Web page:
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UN HIVER DE TOURMENTE

Demers, Dominique
Montreal, La courte echelle, 1992. 156pp, paper, $7.95, ISBN 2-89021-171-1. (Roman +). CIP


Grades 8 to 10/Ages 13 to 16

Reviewed by Nancy Senior

Volume 20 Number 4
1992 September


In this novel, Dominique Demers evokes the loving but difficult relations between a mother who is dying of cancer and a fifteen-year-old daughter who realizes only after her mother's death that she was seriously ill. The mother's pain at leaving her daughter and the daughter's shock and confusion are quite moving, as is the daughter's seeking of consolation in the poetry of Musset.

However, there are a number of problems. The first is the style. The story is told in the first person by Marie-Lune. She uses a lot of short sentences. Like this. Short sentences and fragments can be effective. If they are used occasionally. But not constantly.

Despite some equivocation on the point, the novel suggests that sexual relations between fifteen-year-olds who love each other are quite acceptable. There is apparently no need to worry about painful breakups or the risk of contracting sexually transmitted diseases, unwanted pregnancies or abandoned career plans and there is no contraception, either. For a novel that is supposed to be realistic, this one deals heavily in fantasy.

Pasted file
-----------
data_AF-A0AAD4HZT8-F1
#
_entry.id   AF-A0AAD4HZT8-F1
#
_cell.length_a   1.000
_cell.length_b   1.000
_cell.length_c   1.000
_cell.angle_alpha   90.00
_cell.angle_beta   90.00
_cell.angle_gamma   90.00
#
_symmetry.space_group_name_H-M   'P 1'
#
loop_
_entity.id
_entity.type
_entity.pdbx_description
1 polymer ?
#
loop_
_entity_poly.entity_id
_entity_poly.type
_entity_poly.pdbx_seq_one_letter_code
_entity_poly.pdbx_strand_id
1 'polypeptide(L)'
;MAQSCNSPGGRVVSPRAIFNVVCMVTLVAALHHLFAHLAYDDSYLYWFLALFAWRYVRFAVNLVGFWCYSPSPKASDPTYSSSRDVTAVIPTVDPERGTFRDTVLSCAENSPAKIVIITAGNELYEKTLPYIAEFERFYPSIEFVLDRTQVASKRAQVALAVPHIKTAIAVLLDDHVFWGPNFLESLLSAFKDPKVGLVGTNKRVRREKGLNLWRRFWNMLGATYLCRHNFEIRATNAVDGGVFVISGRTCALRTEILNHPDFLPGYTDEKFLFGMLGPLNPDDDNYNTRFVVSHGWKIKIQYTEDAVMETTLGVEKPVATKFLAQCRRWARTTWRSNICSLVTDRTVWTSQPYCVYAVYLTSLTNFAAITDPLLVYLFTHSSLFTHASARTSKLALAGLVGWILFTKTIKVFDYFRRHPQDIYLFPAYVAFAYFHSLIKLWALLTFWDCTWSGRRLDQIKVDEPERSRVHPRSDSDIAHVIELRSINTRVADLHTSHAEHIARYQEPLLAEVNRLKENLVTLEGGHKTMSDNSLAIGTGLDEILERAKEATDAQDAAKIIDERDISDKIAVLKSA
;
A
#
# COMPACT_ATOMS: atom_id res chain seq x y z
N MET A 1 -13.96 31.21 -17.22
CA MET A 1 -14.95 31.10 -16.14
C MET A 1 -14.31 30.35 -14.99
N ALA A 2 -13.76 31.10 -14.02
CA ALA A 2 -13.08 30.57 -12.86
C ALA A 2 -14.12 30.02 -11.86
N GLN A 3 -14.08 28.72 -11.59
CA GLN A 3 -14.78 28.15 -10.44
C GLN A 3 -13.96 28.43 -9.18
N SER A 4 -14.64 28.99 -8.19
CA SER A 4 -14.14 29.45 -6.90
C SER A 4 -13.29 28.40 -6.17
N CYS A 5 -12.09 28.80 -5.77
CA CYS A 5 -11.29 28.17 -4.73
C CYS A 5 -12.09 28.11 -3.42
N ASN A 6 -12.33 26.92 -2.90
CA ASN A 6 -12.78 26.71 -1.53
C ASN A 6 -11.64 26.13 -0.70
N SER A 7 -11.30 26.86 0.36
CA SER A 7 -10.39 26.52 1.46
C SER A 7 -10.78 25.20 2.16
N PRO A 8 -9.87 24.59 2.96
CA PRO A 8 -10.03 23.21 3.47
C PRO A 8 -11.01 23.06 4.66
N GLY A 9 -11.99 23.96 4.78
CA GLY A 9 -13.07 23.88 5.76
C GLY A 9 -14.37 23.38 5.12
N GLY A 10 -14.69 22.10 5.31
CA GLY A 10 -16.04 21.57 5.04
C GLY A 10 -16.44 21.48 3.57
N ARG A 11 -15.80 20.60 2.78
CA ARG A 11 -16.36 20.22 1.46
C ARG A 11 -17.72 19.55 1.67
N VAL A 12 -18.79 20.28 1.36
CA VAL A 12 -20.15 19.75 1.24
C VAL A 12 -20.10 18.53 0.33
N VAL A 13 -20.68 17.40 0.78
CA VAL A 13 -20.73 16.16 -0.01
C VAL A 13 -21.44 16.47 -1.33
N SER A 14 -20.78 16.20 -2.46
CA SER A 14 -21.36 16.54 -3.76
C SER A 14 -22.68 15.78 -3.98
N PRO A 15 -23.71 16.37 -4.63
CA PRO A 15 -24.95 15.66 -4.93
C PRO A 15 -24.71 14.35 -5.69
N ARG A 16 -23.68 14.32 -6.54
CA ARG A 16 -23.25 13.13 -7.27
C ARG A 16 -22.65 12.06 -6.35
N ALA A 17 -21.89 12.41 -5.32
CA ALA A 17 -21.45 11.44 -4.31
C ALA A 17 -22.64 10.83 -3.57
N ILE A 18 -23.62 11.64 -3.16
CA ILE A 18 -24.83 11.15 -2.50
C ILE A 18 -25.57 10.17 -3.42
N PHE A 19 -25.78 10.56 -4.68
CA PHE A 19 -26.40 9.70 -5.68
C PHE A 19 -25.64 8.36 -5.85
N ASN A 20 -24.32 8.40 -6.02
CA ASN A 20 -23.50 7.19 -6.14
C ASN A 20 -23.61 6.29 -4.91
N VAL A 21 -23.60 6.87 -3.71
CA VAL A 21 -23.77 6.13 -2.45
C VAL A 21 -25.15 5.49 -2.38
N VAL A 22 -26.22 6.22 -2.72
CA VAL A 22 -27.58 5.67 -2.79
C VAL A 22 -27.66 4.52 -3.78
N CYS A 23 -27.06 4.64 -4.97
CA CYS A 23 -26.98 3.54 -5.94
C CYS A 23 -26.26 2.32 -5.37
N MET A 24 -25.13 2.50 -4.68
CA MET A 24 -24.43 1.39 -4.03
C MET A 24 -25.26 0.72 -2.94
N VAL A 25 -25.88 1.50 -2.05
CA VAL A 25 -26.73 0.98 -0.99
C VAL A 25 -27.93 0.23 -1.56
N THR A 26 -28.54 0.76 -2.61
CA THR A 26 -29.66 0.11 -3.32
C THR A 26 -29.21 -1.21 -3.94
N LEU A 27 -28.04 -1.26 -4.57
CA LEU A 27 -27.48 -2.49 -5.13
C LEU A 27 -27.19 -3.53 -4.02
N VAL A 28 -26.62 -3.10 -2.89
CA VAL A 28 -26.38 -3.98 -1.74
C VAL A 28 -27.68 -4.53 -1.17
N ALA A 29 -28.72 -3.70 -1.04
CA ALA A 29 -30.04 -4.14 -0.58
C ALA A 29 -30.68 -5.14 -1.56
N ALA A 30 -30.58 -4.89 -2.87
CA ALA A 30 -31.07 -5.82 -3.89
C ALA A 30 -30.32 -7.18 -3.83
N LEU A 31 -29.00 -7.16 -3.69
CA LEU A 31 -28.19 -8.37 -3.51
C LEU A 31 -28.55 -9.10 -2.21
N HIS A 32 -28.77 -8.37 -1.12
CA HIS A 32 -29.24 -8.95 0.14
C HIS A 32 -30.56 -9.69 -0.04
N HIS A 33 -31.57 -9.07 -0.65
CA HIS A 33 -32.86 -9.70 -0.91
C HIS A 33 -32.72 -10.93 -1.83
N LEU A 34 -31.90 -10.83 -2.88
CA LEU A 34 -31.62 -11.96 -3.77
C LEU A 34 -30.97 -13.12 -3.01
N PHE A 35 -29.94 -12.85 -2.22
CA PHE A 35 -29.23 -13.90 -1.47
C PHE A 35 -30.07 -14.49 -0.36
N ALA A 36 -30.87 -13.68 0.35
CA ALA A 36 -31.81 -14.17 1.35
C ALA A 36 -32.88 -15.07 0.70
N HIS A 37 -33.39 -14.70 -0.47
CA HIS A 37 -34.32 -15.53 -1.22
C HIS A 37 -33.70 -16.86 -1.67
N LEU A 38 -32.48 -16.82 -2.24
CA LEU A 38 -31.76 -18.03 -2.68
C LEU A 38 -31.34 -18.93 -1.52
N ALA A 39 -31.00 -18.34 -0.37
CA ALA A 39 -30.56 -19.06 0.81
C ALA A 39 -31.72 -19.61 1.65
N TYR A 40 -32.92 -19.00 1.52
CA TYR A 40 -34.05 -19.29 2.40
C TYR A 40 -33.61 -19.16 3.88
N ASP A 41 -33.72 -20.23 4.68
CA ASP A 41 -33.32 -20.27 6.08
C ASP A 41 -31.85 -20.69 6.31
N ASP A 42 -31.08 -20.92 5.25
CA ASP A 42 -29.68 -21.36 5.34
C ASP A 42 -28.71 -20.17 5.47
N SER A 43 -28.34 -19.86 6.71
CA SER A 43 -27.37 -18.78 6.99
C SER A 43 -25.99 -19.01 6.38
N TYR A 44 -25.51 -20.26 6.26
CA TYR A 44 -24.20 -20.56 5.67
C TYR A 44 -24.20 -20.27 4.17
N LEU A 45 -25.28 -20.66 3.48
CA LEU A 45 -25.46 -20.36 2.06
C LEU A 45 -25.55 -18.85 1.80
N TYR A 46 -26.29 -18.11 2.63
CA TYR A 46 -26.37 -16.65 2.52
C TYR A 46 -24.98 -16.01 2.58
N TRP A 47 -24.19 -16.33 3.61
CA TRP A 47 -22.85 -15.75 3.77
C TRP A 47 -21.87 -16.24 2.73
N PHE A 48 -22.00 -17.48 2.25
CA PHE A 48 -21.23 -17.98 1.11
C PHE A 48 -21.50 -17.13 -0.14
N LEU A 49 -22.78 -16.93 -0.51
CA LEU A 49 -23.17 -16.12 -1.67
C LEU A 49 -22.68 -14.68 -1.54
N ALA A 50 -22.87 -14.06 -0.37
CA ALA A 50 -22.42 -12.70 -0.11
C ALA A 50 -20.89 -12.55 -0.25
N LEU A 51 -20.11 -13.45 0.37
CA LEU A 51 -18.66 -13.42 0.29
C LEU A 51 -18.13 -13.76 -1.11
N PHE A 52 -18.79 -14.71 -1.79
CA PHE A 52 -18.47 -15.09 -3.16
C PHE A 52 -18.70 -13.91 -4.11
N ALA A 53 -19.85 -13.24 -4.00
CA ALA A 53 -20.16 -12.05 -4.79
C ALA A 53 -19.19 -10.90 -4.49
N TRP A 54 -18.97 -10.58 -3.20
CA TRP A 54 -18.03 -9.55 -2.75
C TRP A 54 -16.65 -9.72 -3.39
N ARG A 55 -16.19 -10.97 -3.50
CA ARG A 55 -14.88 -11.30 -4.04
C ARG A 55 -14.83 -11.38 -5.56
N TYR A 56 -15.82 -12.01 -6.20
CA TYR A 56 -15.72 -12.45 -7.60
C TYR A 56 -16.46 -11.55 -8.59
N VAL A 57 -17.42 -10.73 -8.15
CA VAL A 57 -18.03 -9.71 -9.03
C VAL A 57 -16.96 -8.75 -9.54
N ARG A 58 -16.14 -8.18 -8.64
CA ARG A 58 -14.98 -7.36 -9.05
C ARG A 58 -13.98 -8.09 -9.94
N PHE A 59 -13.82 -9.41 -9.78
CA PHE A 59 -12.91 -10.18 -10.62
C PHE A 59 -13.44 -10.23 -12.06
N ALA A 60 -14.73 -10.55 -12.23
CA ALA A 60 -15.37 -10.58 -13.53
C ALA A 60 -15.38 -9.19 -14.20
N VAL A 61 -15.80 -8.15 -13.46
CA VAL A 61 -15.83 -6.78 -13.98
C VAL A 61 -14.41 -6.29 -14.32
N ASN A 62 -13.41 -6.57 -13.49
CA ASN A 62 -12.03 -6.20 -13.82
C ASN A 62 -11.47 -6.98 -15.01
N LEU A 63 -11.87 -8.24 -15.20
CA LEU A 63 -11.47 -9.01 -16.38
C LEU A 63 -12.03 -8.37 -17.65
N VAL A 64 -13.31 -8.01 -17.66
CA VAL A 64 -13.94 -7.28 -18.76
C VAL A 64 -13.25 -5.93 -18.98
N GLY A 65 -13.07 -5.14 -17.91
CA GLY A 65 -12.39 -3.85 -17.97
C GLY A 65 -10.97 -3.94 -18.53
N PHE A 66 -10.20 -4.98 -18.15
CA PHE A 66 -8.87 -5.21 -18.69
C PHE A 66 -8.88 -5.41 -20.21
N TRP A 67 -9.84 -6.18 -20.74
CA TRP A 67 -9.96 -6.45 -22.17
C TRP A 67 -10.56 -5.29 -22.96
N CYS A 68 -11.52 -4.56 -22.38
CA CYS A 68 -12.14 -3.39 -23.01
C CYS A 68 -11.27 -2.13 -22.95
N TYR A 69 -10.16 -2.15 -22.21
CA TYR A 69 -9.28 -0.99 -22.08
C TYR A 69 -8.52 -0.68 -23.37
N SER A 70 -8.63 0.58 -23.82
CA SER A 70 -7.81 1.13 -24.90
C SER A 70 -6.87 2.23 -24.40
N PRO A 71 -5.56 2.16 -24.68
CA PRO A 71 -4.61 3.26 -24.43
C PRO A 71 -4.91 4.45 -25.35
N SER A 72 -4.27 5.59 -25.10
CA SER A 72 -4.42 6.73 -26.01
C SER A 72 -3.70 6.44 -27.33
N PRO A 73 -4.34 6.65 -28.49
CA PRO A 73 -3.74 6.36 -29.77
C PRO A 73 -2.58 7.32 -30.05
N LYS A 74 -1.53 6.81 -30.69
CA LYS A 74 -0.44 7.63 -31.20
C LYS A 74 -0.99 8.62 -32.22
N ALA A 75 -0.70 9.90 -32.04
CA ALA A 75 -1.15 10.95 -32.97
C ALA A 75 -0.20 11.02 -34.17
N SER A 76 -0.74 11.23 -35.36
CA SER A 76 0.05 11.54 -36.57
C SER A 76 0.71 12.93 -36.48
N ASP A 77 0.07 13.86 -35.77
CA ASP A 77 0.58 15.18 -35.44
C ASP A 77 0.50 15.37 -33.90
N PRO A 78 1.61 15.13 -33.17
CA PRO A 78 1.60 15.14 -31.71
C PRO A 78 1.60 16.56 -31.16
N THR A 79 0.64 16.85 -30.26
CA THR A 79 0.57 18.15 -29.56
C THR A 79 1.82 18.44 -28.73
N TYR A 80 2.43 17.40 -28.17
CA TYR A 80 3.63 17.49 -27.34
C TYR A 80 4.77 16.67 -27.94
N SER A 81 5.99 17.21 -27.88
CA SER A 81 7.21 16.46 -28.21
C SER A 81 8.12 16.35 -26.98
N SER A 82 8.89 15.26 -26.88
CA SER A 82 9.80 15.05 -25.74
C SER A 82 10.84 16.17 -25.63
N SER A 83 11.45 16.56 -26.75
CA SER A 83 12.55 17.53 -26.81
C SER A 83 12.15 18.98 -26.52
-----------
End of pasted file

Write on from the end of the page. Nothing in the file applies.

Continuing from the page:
A problem which is never properly addressed is the lack of truthfulness among family members. Marie-Lune lies to her parents about going to see her boyfriend; the parents tell her that the mother is just having a difficult menopause. Mother and daughter are thus robbed of the chance to say goodbye, and their last discussion is a quarrel. Marie-Lune, though upset about the quarrel, does not seem to find anything odd about the lies told to her. Although she is old enough for sex, she is apparently too young to be told about death until it happens. Her grandmother, perhaps feeling that two wrongs make a right, adds a broken promise by giving Marie-Lune letters which her mother had left for her to read at the age of twenty.

Despite some good qualities, this book is finally unsatisfying because of the failure to consider important issues that arise from the action.


Nancy Senior teaches French at the University of Saskatchewan in Saskatoon, Saskatchewan.

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